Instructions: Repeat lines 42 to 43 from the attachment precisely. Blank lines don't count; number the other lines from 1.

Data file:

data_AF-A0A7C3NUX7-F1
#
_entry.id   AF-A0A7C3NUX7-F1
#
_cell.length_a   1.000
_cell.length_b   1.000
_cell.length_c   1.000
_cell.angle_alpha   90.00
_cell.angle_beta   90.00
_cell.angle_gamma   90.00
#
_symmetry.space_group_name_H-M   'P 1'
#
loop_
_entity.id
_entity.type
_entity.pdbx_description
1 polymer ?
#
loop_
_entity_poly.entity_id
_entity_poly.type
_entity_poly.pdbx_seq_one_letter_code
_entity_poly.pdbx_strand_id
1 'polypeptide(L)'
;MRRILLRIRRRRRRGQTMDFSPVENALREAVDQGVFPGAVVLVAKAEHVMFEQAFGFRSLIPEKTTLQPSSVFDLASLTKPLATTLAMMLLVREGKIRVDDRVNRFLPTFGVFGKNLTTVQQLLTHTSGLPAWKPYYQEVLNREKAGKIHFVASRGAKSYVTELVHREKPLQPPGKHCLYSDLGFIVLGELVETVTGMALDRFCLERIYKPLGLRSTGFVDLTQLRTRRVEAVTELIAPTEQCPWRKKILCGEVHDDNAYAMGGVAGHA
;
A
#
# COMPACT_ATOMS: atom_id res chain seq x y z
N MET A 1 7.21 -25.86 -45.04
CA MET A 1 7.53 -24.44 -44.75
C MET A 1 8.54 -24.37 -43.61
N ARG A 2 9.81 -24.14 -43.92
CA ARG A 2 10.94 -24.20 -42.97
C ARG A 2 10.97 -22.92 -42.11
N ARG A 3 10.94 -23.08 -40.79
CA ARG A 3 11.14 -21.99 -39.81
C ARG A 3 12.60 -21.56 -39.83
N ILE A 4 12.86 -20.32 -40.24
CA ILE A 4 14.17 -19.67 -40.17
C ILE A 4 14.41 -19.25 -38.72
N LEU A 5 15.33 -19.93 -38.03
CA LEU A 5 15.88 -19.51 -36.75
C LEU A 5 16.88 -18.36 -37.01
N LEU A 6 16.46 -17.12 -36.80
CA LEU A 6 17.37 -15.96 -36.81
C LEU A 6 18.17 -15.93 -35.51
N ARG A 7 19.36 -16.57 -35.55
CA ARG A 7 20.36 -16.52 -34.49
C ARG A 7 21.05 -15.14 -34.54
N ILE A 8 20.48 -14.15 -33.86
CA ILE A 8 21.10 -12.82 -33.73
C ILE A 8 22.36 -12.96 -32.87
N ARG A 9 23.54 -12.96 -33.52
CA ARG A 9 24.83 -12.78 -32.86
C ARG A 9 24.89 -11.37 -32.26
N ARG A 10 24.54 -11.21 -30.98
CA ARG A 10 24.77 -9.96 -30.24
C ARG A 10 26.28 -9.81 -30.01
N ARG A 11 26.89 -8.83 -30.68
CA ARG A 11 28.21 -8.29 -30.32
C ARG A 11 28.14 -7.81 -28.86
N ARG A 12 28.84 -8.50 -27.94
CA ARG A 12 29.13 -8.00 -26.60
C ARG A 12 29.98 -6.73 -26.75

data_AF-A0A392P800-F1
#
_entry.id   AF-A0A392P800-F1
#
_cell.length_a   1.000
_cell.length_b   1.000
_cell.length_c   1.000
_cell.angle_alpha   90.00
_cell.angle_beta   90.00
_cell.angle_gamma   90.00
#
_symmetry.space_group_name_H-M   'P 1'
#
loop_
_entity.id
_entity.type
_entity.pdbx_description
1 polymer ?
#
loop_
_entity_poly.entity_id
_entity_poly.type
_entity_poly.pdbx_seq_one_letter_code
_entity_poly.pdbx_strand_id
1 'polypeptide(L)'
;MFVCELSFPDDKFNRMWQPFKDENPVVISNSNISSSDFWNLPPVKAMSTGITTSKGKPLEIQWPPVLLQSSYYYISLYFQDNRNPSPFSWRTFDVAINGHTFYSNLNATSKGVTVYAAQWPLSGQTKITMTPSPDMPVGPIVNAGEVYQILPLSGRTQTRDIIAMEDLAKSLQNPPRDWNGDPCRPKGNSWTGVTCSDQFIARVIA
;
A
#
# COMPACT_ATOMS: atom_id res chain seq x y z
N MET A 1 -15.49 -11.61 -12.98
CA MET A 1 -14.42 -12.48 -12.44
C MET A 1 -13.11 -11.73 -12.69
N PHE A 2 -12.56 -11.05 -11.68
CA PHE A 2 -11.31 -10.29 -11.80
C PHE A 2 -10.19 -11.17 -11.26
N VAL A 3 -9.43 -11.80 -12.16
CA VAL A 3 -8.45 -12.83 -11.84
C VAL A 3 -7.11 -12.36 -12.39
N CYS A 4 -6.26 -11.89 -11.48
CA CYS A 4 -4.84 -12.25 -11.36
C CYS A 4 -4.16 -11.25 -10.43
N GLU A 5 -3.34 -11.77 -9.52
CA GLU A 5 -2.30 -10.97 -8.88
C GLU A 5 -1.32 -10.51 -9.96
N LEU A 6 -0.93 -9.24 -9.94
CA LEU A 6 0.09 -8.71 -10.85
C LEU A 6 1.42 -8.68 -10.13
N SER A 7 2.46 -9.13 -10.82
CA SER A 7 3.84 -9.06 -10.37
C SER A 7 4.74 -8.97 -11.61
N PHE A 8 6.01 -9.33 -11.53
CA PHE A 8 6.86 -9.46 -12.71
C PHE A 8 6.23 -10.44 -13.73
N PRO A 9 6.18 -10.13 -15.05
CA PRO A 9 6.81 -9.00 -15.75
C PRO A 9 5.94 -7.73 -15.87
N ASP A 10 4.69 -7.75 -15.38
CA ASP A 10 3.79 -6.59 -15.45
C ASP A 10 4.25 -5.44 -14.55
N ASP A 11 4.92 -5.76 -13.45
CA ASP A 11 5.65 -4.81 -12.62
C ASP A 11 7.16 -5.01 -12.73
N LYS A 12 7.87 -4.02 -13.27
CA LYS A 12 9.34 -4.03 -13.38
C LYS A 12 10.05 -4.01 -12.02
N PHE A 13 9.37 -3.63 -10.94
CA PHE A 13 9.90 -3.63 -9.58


C ILE A 4 14.41 -19.25 -38.72
N LEU A 5 15.33 -19.93 -38.03